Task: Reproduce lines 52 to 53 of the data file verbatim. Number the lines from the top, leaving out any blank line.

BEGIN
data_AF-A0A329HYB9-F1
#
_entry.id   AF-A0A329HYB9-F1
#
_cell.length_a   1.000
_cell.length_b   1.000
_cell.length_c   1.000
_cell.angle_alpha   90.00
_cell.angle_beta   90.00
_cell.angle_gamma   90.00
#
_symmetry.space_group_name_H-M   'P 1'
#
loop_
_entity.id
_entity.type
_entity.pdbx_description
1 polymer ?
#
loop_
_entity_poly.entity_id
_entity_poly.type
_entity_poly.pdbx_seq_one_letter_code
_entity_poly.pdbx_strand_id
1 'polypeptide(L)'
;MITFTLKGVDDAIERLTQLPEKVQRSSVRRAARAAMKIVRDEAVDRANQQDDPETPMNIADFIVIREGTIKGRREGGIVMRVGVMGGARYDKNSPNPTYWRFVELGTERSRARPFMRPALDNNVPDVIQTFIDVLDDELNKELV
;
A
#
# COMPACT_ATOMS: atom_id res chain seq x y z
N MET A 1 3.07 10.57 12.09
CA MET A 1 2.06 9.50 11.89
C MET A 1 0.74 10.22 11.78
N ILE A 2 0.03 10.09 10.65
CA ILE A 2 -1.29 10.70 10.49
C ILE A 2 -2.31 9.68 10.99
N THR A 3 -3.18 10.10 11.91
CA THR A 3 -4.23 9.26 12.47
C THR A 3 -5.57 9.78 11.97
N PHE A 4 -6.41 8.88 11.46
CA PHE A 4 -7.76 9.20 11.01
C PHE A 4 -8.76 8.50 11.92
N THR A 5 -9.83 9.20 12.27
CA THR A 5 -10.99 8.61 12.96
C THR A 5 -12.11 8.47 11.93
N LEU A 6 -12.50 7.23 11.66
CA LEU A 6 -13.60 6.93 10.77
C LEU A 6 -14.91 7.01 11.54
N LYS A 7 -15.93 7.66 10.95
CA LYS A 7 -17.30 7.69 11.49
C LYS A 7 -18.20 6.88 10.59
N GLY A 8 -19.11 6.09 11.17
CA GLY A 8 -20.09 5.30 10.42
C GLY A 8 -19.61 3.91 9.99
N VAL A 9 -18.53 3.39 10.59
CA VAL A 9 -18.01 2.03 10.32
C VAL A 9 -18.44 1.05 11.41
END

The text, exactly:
N GLY A 8 -19.11 6.09 11.17
CA GLY A 8 -20.09 5.30 10.42